|Publication number||US7258544 B2|
|Application number||US 10/523,134|
|Publication date||Aug 21, 2007|
|Filing date||Jul 17, 2003|
|Priority date||Jul 22, 2002|
|Also published as||CA2394368A1, US20050282099, WO2004010051A1|
|Publication number||10523134, 523134, PCT/2003/1074, PCT/CA/2003/001074, PCT/CA/2003/01074, PCT/CA/3/001074, PCT/CA/3/01074, PCT/CA2003/001074, PCT/CA2003/01074, PCT/CA2003001074, PCT/CA200301074, PCT/CA3/001074, PCT/CA3/01074, PCT/CA3001074, PCT/CA301074, US 7258544 B2, US 7258544B2, US-B2-7258544, US7258544 B2, US7258544B2|
|Original Assignee||Adair Rasmussen|
|Export Citation||BiBTeX, EndNote, RefMan|
|Patent Citations (9), Classifications (11), Legal Events (3)|
|External Links: USPTO, USPTO Assignment, Espacenet|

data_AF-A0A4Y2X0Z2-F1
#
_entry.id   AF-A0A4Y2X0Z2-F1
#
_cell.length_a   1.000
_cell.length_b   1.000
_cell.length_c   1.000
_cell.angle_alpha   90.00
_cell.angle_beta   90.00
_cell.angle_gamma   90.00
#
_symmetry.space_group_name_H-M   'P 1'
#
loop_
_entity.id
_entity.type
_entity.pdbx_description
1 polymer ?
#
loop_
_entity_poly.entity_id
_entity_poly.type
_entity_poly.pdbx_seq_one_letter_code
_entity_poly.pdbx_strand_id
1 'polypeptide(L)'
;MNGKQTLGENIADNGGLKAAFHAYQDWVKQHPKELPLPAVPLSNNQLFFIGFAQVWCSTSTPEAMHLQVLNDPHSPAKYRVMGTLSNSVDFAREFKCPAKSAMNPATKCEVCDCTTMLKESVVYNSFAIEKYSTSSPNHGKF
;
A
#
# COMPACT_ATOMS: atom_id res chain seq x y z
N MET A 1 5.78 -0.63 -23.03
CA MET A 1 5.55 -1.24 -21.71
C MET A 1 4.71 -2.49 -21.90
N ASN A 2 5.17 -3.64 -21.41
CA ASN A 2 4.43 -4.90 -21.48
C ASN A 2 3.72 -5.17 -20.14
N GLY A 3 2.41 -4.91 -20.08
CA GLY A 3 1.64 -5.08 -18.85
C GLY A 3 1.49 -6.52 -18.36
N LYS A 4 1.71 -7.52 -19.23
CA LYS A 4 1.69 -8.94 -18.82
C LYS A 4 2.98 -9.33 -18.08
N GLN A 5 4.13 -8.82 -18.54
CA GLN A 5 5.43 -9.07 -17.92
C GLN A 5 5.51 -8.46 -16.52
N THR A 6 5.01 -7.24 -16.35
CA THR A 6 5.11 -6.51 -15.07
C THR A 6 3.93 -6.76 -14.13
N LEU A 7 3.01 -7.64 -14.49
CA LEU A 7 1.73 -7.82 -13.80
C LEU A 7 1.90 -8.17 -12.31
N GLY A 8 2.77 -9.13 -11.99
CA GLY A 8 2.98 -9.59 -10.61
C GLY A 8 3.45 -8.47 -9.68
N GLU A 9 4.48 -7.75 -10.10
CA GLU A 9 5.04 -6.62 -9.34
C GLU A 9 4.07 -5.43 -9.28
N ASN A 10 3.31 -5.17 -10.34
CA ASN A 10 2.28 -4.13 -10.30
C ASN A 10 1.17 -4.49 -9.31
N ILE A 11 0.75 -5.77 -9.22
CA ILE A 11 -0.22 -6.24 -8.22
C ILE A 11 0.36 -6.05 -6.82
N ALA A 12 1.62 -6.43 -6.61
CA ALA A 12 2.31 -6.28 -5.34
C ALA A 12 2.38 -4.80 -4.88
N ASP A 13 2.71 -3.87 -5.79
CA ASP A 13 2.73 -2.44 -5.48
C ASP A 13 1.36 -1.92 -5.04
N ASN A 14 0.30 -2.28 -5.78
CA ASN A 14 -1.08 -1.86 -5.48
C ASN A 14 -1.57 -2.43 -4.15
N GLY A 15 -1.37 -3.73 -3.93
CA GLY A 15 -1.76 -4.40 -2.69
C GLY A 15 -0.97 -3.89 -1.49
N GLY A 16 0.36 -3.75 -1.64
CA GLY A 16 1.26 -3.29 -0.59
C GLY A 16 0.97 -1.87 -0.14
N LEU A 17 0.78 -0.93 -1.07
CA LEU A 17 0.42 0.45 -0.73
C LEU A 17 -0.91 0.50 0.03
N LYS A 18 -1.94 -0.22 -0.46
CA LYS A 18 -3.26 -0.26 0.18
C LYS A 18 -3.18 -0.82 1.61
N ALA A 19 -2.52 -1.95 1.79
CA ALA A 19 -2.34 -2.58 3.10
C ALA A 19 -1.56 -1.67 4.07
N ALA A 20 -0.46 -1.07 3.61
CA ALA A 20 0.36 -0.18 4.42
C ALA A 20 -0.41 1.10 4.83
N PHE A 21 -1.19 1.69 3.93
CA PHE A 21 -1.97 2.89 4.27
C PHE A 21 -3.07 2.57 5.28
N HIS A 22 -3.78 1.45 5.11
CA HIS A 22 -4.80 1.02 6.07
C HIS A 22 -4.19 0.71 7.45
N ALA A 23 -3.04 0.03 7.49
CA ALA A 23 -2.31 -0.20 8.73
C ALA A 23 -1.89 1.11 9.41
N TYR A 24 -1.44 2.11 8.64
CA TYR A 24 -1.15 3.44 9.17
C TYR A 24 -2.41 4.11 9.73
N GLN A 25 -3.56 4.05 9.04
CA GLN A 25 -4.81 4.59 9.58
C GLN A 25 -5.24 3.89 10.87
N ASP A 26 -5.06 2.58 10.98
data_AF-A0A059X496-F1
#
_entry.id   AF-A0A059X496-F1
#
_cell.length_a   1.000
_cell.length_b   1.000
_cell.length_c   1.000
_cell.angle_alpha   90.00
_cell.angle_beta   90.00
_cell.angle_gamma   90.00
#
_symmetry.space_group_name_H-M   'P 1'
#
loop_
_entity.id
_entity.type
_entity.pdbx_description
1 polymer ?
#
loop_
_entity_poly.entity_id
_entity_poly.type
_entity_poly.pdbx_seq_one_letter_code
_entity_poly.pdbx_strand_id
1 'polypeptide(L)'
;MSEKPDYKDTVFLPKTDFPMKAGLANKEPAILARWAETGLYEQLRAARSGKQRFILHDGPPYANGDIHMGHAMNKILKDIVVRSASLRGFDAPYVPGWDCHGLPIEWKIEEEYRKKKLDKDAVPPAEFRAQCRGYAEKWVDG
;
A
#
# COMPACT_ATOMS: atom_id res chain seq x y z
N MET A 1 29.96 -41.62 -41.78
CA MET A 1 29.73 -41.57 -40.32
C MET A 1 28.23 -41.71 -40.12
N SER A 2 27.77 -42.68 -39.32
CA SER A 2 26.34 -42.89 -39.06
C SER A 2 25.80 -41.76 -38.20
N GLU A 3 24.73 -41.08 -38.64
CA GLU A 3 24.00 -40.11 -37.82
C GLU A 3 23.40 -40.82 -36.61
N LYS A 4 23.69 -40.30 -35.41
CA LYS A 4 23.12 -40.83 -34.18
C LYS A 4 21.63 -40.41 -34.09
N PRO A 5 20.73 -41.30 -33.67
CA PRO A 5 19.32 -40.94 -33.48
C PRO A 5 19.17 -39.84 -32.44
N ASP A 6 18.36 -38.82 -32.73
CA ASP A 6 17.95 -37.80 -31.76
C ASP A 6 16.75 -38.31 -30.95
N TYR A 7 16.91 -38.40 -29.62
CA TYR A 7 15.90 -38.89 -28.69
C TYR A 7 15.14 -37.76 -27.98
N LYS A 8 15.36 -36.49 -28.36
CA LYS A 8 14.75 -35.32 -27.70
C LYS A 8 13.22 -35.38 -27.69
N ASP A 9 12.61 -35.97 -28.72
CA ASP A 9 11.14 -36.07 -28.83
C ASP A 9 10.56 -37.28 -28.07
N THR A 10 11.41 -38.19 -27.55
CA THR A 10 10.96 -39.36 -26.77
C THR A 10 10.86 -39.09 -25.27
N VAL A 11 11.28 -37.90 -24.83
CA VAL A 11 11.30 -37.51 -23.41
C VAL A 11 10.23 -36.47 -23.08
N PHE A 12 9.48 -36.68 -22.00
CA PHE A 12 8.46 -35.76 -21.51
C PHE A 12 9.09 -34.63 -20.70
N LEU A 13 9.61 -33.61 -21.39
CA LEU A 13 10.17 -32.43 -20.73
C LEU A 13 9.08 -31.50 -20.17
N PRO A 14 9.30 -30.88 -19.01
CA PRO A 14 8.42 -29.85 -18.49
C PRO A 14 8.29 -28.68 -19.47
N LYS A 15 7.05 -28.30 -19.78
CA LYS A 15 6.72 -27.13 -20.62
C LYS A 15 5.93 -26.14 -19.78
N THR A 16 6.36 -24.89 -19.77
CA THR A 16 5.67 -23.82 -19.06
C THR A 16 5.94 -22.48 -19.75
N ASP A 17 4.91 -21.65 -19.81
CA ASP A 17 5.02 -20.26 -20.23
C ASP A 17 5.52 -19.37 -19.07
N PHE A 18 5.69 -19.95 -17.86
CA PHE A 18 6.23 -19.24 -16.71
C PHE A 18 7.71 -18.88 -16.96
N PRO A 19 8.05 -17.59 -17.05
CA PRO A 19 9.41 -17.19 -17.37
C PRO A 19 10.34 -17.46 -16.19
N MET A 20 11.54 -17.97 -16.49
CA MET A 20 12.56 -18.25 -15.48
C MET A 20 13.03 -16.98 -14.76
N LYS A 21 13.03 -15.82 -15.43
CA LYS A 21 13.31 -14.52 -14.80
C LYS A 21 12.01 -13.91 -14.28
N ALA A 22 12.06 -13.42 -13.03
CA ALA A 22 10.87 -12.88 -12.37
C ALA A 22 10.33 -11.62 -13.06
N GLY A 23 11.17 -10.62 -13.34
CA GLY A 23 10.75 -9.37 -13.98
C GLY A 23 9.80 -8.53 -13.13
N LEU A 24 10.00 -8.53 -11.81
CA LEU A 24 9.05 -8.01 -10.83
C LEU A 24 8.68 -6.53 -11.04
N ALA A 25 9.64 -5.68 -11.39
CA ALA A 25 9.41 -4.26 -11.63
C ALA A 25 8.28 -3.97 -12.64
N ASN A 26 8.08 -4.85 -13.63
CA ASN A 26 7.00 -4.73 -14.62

The present invention relates to a method and an apparatus for igniting a gas flare and a gas flare equipped with the apparatus.
Gas flares are used to burn combustible waste gases. Every gas flare has a pilot light or some other form of igniter to ensure that the gas flare does not go out, resulting in the waste gases being vented directly into the atmosphere. This is particularly important with hydrogen sulfide gas which is potentially lethal to human and animal life in relatively low concentrations.
An increase in environmental awareness has lead to the monitoring of emissions from gas flares. It has been determined that if the waste gases are not burned at sufficiently high temperatures, noxious byproducts can be found in the emissions from the gas flares. The waste gas are, therefore, being burned at temperatures in a range of 2000 to 2800 degrees Fahrenheit, in order to obtain a “clean” burn.